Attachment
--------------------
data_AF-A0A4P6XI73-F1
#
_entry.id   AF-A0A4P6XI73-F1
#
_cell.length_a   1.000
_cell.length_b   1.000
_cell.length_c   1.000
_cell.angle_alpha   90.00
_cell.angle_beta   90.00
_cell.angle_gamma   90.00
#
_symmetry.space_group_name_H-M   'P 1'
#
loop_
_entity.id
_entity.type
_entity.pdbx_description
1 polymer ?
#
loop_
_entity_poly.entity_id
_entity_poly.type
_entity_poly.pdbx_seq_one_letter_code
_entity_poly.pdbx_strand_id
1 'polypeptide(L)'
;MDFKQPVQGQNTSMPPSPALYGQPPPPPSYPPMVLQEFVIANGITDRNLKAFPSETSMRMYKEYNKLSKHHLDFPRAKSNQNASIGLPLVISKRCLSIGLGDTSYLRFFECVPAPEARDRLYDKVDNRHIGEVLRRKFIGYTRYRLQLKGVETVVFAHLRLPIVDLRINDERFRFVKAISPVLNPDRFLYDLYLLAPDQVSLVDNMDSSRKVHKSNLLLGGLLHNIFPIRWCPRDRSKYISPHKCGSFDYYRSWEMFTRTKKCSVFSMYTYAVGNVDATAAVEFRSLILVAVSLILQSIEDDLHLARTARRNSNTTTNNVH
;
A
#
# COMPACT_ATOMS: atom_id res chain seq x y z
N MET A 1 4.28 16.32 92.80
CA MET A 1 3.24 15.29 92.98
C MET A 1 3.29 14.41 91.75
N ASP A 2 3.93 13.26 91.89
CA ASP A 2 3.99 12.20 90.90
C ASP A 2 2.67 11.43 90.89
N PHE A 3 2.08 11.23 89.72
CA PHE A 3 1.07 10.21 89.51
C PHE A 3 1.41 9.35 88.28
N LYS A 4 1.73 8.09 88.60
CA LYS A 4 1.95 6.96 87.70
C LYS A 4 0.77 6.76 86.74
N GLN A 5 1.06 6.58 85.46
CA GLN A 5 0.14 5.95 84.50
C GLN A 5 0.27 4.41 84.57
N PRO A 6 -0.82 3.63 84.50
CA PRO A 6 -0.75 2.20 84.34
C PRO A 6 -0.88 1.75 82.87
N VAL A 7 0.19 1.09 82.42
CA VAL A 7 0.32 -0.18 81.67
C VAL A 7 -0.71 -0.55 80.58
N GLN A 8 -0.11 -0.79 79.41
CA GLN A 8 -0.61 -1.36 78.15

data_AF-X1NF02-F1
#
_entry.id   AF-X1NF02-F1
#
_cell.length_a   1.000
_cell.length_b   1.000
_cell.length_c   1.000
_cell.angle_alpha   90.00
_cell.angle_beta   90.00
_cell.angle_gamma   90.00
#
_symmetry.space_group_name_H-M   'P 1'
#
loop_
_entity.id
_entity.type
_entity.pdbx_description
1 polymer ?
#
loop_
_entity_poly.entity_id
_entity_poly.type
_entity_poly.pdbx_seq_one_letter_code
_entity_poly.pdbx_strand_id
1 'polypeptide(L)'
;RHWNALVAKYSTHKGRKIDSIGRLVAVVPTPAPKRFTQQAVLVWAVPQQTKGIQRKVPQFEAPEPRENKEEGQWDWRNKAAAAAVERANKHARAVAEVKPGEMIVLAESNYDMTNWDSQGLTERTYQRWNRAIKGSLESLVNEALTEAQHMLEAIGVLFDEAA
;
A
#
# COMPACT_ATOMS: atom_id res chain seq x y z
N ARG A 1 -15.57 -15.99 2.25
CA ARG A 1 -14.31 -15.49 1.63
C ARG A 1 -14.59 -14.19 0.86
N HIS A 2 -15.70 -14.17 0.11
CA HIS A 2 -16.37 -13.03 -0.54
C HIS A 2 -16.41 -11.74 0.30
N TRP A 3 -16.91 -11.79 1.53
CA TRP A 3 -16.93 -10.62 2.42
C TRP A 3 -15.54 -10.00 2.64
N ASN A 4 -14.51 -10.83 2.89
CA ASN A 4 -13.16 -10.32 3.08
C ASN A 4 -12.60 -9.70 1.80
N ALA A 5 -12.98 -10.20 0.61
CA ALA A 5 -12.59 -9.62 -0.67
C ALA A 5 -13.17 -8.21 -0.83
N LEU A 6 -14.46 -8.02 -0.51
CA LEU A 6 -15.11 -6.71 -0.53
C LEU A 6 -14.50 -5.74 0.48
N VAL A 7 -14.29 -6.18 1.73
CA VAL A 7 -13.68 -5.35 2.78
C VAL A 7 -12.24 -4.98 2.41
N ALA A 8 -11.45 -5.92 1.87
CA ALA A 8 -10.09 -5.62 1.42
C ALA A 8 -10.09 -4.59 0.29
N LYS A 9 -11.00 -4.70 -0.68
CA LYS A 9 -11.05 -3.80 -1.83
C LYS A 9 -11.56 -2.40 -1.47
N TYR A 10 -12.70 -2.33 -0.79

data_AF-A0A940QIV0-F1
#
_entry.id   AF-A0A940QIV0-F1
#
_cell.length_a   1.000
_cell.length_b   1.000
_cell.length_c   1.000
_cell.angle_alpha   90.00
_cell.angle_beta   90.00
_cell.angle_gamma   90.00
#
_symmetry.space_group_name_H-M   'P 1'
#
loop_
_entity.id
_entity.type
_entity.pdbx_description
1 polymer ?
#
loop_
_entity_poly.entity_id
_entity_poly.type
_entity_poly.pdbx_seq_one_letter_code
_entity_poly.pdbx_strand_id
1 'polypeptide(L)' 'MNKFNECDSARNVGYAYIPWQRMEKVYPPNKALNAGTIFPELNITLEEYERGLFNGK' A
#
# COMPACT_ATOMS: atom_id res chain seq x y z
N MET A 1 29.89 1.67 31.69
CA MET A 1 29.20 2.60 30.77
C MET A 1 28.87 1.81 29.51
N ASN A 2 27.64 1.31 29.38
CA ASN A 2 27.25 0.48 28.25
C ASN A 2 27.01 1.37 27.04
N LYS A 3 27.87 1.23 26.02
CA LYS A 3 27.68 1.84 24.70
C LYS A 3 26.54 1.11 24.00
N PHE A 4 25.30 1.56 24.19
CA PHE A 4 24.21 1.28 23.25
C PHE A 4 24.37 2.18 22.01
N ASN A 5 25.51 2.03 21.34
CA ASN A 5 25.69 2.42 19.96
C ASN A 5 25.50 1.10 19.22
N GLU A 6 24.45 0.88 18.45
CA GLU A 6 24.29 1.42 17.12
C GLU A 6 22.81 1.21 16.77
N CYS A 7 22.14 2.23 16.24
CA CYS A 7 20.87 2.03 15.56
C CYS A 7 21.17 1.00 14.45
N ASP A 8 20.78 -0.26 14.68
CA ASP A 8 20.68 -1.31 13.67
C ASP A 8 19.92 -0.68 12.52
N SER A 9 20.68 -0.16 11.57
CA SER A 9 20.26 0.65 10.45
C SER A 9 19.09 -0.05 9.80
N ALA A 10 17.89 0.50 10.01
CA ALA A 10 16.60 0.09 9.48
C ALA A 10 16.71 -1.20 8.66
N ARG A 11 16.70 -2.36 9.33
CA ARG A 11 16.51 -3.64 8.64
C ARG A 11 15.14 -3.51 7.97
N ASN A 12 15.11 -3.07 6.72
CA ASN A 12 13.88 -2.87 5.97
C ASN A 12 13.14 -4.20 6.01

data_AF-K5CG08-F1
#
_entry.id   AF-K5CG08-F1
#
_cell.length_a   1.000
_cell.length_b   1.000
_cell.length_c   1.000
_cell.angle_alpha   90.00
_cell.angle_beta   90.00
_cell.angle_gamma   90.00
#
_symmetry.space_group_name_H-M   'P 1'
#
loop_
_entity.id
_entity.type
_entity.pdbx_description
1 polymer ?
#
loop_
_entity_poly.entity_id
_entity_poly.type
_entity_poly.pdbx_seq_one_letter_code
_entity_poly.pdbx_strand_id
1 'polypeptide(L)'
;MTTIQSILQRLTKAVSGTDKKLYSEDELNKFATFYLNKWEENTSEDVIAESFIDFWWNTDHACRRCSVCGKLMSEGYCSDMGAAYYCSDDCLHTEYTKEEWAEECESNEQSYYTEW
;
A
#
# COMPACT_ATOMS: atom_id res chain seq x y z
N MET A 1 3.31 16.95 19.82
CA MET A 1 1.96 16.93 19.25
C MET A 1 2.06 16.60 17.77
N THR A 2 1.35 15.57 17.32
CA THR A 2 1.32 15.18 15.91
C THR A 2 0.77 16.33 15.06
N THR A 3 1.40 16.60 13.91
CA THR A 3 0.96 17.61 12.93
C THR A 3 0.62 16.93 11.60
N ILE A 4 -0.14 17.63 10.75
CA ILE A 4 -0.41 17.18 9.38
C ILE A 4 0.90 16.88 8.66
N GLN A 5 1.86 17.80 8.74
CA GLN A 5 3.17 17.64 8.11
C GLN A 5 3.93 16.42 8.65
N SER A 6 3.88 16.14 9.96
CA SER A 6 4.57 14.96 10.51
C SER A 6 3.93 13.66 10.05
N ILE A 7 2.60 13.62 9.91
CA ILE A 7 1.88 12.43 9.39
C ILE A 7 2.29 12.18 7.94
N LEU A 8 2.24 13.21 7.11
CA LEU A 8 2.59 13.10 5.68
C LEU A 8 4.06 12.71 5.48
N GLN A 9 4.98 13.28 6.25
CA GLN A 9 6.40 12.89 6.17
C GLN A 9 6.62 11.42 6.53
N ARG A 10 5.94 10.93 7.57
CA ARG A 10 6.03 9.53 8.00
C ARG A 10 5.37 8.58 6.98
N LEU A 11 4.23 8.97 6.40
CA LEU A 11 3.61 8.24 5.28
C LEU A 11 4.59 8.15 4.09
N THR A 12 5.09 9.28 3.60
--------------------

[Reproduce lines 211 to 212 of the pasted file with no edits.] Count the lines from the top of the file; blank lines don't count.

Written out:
N THR A 3 1.40 16.60 13.91
CA THR A 3 0.96 17.61 12.93